dr h flageole department of surgery mcmaster children s hospital october 15 2008
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Dr. H. Flageole Department of Surgery McMaster Children’s Hospital October 15, 2008. Pediatric non-traumatic Surgical Emergencies. Objectives. To familiarize the resident with non-traumatic emergencies

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dr h flageole department of surgery mcmaster children s hospital october 15 2008
Dr. H. Flageole

Department of Surgery

McMaster Children’s Hospital

October 15, 2008

Pediatric non-traumaticSurgical Emergencies

objectives
Objectives
  • To familiarize the resident with non-traumatic emergencies
  • To familiarize the resident with surgical emergencies encountered in the newborn and early childhood periods.
  • Identify symptoms of significant disease
  • Recognize life-threatening surgical conditions
acute abdomen
Acute Abdomen
  • Often unable to get history
  • Importance of congenital anomalies
  • Make sure stomach and bladder are empty
  • Differential diagnosis
    • GI surgical and medical problems
    • urinary
admission to surgical ward with acute abdominal pain
ADMISSION TO SURGICAL WARD WITH ACUTE ABDOMINAL PAIN

NSAP 30%

Acute appendicitis 28%

Constipation 11%

URTI 8%

UTI 6.9%

Gastroenteritis 3.6%

Pneumonia 2.2%

SBO (incl. Intussusception) 2.2%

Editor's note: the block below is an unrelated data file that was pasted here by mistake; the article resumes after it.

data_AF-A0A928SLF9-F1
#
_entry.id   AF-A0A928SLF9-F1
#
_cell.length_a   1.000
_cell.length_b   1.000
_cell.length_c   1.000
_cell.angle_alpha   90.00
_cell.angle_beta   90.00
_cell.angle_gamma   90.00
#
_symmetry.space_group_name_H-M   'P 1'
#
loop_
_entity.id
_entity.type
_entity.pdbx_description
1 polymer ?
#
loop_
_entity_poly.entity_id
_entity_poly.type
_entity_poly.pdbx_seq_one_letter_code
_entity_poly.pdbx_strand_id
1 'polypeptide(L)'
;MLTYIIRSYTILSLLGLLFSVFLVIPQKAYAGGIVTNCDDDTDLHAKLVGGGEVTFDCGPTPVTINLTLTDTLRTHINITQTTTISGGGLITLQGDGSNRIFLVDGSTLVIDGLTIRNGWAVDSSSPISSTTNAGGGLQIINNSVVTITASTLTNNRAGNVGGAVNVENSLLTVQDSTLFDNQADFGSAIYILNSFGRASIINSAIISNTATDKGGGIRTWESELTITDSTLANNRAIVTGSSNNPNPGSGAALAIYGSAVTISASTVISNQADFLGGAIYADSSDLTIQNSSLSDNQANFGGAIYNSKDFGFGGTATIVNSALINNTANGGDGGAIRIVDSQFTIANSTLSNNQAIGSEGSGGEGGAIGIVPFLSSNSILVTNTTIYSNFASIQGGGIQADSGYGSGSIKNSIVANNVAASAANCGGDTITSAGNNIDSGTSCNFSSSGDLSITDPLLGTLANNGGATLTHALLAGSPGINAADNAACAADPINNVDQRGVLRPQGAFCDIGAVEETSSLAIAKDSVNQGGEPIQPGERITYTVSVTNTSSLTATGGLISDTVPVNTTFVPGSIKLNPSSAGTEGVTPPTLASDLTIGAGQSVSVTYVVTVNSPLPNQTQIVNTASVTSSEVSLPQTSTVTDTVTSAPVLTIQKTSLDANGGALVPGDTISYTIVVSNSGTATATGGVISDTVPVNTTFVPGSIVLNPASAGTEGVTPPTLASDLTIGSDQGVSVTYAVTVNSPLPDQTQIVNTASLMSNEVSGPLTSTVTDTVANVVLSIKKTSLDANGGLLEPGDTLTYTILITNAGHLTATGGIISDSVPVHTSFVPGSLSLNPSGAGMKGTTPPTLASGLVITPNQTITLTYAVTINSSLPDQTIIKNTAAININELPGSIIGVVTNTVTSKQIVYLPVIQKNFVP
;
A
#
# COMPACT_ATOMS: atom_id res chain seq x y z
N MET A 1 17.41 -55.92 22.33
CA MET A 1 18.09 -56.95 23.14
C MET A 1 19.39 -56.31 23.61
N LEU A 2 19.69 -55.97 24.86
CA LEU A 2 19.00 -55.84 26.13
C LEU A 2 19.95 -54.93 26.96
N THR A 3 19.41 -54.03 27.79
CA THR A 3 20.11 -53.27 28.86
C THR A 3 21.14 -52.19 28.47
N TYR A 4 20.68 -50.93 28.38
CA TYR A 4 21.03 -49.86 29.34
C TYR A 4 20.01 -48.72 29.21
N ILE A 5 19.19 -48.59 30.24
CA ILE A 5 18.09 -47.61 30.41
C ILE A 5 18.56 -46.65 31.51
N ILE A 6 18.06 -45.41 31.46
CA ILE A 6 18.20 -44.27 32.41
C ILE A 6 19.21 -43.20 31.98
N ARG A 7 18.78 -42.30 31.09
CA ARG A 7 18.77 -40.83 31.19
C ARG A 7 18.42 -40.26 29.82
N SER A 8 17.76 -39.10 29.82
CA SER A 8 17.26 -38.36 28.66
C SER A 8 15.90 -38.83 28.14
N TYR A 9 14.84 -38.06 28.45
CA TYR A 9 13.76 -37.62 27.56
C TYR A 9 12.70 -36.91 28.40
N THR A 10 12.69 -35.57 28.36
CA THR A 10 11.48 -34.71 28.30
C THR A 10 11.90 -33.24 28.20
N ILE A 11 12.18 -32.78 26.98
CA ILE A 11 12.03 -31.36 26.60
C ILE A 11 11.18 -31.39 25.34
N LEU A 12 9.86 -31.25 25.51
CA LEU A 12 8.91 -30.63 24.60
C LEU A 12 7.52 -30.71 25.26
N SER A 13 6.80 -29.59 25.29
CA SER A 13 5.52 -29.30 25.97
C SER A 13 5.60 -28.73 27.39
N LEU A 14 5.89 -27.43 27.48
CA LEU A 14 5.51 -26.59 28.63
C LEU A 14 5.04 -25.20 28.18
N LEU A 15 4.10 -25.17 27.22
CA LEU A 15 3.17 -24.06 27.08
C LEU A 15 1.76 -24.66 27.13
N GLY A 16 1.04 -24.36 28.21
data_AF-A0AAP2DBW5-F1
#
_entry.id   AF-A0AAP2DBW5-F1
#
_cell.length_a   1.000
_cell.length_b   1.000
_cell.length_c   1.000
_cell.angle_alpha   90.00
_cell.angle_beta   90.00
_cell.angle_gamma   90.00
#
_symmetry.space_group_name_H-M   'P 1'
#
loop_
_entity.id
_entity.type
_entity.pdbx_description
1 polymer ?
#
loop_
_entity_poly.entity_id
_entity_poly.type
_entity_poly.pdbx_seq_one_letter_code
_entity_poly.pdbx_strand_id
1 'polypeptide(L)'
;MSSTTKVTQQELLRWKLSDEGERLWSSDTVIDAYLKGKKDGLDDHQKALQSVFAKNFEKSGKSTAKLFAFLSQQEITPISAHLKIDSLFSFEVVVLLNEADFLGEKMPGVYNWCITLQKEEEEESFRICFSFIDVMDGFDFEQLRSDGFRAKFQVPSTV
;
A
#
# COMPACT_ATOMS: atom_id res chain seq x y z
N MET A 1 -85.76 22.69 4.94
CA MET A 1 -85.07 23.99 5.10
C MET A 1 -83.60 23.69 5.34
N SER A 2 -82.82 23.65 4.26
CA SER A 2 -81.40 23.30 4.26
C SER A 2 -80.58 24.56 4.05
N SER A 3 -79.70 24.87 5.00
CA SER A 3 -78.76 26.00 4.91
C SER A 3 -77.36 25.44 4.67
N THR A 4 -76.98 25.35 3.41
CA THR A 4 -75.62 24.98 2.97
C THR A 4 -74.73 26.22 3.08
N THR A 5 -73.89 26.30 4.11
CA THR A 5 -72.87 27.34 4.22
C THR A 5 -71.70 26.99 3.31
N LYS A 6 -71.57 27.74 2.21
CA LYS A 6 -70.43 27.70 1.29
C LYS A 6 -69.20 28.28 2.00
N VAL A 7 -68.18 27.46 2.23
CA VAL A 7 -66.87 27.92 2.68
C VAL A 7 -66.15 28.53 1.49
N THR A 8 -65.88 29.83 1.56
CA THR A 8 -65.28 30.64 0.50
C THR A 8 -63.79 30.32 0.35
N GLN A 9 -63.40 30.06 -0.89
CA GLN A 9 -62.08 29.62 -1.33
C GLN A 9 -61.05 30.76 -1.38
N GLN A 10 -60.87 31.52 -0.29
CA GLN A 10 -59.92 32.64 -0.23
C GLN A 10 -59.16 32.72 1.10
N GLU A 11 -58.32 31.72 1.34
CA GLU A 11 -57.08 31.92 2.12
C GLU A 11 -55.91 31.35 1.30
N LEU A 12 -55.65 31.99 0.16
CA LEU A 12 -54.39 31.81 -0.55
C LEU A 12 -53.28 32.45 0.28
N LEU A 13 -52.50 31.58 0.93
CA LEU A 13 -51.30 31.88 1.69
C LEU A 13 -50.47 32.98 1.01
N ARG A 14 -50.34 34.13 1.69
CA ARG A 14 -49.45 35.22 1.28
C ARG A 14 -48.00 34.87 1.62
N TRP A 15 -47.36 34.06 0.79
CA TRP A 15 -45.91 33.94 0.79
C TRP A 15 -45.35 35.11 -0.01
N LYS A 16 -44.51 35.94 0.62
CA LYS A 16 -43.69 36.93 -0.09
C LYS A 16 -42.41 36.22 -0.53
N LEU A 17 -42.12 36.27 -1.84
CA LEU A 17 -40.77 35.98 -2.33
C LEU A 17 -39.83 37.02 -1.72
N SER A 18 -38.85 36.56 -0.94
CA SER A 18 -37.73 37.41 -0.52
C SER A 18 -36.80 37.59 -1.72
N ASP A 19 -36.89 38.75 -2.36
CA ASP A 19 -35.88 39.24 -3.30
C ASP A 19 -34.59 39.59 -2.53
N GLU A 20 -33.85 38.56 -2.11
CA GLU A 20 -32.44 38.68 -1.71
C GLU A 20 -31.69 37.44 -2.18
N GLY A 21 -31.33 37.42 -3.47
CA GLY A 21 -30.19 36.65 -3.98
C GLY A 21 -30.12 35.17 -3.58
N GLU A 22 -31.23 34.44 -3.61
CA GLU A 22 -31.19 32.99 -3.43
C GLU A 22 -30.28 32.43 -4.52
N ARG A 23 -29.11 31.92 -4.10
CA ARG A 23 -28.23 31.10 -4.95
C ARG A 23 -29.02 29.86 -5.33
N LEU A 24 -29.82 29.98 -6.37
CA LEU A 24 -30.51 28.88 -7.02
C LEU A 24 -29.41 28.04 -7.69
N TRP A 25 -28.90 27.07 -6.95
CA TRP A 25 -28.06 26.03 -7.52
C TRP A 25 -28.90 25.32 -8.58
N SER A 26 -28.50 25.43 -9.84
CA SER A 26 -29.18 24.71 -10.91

Mesenteric adenitis (operated) 2.2%

Abdominal injuries 1%

Hepatitis 1%

Torsion of testis

Pancreatitis < 1%

OM

Diabetic acidosis

history
History
  • Vomiting: reflex vs. obstructive
    • bilious or non-bilious
  • Abdominal pain: visceral vs. peritoneal
    • crampy vs. constant
  • GI bleed: colour, amount, signs, association with pain
slide7

General Management

  • ABC
  • Fluids and electrolytes
  • NG tube
  • Antibiotics
  • Pain control
slide10

Pyloric Stenosis

  • Incidence
    • Rare in blacks
    • 0.5 - 2/1000 live births
  • Age: 3 weeks - 3 months
  • Non-bilious vomiting
  • Olive is not easily palpable
  • Ultrasound is very accurate
slide11

Pyloric Stenosis

  • Beware of acid-base and electrolyte imbalances.
    • Hypokalemic, hypochloremic metabolic alkalosis
  • surgical complications
      • Wound infection – 10%
      • Accidental opening of GI tract
pre op management
Pre-op management
  • IV fluid:
  • If alkalotic, when is it safe to operate and why?
intussusception
Intussusception

CLINICAL SUSPICION

X-RAY

U/S

REDUCTION BY BARIUM / AIR ENEMA

intussusception1
Intussusception
  • Age: 3 months – 3 years
  • Crampy abdominal pain
  • Traction of the mesentery  pallor, lethargy
    • typically in younger infants
  • Blood & mucous in stool (red current jelly)
intussusception2
Intussusception
  • Crampy abdominal pain 80%
  • Vomiting (early=reflex) 60-80%
  • Rectal bleeding 30-50%
  • Palpable mass 30-60%
  • Others
    • Lethargy, diarrhea, fever
intussusception3
Intussusception
  • Beware of the 15% who are atypical
    • Young infants are often just lethargic
  • Don’t hesitate to do an ultrasound when the history is suggestive
in older children suspect a lead point what lesions could act as lead points
In older children, suspect a lead point.

What lesions could act as lead points?

Intussusception

lead points
Lead Points
  • Meckel’s diverticulum
  • Polyps
  • Henoch-Schonlein purpura (HSP)
  • Lymphoma
  • Intestinal duplications
treatment
Treatment
  • Success rate of enema reduction around 80%
  • Small risk of perforation (2.5%)
    • What would you do?
  • Laparoscopic reduction
  • When there is lead point, usually cannot be reduced.